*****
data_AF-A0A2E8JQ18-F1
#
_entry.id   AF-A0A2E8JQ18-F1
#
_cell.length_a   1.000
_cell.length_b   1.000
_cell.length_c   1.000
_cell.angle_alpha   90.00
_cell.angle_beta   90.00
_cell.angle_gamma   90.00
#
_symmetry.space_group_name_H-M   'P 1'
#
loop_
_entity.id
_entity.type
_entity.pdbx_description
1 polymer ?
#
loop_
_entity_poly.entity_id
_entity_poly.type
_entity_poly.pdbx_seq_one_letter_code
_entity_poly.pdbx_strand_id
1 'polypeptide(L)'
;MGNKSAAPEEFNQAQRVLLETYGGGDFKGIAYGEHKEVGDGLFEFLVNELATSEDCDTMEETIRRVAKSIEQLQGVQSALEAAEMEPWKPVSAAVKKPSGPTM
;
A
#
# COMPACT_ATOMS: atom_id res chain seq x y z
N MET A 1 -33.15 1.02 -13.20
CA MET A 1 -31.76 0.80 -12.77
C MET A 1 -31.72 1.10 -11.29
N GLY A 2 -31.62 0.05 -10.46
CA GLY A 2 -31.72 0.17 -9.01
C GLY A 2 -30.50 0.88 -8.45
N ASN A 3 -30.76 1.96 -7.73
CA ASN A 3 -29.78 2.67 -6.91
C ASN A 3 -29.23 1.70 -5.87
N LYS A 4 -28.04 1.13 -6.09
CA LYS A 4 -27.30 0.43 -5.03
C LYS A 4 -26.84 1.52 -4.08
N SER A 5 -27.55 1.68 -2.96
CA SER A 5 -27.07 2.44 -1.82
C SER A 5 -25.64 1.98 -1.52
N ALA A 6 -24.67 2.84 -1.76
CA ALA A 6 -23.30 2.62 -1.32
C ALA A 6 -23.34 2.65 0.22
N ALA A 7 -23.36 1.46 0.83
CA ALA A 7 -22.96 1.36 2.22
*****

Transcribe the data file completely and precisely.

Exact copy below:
data_AF-A0A2E8JQ18-F1
#
_entry.id   AF-A0A2E8JQ18-F1
#
_cell.length_a   1.000
_cell.length_b   1.000
_cell.length_c   1.000
_cell.angle_alpha   90.00
_cell.angle_beta   90.00
_cell.angle_gamma   90.00
#
_symmetry.space_group_name_H-M   'P 1'
#
loop_
_entity.id
_entity.type
_entity.pdbx_description
1 polymer ?
#
loop_
_entity_poly.entity_id
_entity_poly.type
_entity_poly.pdbx_seq_one_letter_code
_entity_poly.pdbx_strand_id
1 'polypeptide(L)'
;MGNKSAAPEEFNQAQRVLLETYGGGDFKGIAYGEHKEVGDGLFEFLVNELATSEDCDTMEETIRRVAKSIEQLQGVQSALEAAEMEPWKPVSAAVKKPSGPTM
;
A
#
# COMPACT_ATOMS: atom_id res chain seq x y z
N MET A 1 -33.15 1.02 -13.20
CA MET A 1 -31.76 0.80 -12.77
C MET A 1 -31.72 1.10 -11.29
N GLY A 2 -31.62 0.05 -10.46
CA GLY A 2 -31.72 0.17 -9.01
C GLY A 2 -30.50 0.88 -8.45
N ASN A 3 -30.76 1.96 -7.73
CA ASN A 3 -29.78 2.67 -6.91
C ASN A 3 -29.23 1.70 -5.87
N LYS A 4 -28.04 1.13 -6.09
CA LYS A 4 -27.30 0.43 -5.03
C LYS A 4 -26.84 1.52 -4.08
N SER A 5 -27.55 1.68 -2.96
CA SER A 5 -27.07 2.44 -1.82
C SER A 5 -25.64 1.98 -1.52
N ALA A 6 -24.67 2.84 -1.76
CA ALA A 6 -23.30 2.62 -1.32
C ALA A 6 -23.34 2.65 0.22
N ALA A 7 -23.36 1.46 0.83
CA ALA A 7 -22.96 1.36 2.22